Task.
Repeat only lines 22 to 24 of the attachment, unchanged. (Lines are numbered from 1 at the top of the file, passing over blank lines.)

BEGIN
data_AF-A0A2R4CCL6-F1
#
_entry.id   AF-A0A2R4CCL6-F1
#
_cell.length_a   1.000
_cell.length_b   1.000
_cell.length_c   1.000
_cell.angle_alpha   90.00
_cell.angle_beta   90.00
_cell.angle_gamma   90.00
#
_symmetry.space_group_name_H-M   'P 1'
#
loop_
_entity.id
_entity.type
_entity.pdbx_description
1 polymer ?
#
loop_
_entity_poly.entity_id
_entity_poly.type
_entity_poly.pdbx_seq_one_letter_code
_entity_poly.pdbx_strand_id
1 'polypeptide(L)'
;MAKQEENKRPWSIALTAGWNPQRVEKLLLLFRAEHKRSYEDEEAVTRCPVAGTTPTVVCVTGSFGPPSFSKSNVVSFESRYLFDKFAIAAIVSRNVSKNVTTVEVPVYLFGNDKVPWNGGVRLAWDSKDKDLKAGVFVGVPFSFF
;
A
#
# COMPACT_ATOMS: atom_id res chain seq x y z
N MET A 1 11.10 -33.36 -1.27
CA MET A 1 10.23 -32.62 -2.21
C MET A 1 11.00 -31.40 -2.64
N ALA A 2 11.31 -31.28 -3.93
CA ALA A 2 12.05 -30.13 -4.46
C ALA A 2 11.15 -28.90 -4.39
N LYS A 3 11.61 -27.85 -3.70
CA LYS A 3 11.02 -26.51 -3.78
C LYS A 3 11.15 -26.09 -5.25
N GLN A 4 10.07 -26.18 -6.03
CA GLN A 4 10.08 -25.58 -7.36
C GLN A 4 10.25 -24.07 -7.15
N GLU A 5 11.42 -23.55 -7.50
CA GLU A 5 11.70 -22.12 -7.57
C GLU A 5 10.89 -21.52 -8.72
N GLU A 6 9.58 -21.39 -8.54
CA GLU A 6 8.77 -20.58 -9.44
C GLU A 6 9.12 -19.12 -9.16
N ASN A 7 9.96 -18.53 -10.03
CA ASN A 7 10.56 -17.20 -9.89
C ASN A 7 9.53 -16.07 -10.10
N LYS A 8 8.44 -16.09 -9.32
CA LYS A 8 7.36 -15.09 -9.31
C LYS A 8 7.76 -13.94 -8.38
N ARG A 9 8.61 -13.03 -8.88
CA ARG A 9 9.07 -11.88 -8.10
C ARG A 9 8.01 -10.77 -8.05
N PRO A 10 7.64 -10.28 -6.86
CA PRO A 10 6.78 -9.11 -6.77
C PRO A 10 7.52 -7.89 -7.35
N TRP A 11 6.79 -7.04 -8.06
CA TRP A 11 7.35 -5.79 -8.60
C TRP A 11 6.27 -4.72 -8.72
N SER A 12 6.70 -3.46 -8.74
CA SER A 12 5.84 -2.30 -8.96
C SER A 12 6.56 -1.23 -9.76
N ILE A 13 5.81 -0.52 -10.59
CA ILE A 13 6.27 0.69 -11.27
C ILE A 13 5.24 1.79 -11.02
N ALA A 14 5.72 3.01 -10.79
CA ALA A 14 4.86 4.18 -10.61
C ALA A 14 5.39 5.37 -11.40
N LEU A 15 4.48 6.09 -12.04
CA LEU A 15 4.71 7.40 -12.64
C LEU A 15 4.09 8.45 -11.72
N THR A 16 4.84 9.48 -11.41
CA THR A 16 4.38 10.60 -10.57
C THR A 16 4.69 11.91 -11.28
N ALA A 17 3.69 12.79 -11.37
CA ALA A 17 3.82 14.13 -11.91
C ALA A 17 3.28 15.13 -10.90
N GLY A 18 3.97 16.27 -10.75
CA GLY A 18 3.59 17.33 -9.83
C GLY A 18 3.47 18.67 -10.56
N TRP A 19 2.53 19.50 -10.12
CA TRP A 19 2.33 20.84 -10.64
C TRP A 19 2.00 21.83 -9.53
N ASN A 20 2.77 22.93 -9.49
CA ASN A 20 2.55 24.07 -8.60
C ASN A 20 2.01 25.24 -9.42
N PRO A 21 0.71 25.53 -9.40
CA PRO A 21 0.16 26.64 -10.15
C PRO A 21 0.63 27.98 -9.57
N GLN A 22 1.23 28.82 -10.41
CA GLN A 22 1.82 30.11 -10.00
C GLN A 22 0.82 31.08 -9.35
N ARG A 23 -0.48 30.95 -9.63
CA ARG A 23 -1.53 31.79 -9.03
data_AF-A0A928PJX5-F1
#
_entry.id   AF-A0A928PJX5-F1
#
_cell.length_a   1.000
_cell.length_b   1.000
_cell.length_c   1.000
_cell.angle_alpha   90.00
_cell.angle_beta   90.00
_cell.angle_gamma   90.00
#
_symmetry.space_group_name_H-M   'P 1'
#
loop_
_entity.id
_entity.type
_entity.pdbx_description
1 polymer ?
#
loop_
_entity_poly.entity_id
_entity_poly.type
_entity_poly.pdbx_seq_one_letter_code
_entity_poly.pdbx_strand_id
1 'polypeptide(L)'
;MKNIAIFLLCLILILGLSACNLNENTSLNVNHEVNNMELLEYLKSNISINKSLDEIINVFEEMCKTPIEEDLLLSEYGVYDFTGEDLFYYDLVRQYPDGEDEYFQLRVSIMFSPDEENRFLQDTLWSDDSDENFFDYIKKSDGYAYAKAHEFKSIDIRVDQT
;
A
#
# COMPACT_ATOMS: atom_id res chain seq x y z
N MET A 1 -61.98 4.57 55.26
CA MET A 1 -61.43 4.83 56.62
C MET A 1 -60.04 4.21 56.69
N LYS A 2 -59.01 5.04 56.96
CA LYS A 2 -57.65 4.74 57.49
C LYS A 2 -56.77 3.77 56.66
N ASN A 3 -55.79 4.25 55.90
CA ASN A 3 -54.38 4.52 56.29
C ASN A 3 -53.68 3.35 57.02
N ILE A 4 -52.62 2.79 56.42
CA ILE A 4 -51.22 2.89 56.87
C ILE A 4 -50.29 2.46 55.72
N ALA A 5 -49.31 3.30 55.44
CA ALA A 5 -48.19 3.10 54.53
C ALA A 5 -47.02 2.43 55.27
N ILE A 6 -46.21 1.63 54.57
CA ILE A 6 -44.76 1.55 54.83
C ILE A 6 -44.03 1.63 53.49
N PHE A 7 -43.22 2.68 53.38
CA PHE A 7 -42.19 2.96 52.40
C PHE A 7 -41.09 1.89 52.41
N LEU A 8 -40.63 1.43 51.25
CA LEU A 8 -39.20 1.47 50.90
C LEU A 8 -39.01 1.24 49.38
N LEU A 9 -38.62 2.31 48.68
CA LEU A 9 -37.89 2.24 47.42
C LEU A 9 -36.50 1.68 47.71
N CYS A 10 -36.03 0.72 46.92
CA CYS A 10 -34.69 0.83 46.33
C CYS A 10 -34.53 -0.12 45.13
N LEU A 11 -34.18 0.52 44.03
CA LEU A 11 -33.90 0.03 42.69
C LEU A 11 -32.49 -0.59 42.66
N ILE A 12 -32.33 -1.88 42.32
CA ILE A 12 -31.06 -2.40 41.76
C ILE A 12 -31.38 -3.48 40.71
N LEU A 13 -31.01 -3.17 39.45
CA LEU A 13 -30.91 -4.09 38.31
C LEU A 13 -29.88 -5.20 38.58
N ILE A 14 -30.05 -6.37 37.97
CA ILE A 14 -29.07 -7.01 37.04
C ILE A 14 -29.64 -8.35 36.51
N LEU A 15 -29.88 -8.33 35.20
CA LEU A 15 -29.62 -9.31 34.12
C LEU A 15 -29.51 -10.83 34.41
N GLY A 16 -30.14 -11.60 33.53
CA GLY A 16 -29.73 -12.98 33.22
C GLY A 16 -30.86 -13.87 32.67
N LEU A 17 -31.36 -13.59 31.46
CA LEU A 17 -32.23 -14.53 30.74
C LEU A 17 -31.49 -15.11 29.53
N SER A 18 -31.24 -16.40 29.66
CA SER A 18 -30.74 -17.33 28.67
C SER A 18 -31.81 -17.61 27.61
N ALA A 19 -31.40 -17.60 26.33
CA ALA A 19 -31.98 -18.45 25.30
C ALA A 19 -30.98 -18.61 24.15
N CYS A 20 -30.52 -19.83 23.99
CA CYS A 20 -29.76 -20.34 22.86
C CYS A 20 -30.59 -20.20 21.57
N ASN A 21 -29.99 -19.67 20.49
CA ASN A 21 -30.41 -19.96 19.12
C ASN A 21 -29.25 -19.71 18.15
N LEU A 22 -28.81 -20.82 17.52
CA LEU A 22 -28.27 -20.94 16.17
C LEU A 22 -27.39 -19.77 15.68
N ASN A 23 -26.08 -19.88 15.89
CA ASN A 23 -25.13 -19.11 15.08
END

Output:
_entity_poly.type
_entity_poly.pdbx_seq_one_letter_code
_entity_poly.pdbx_strand_id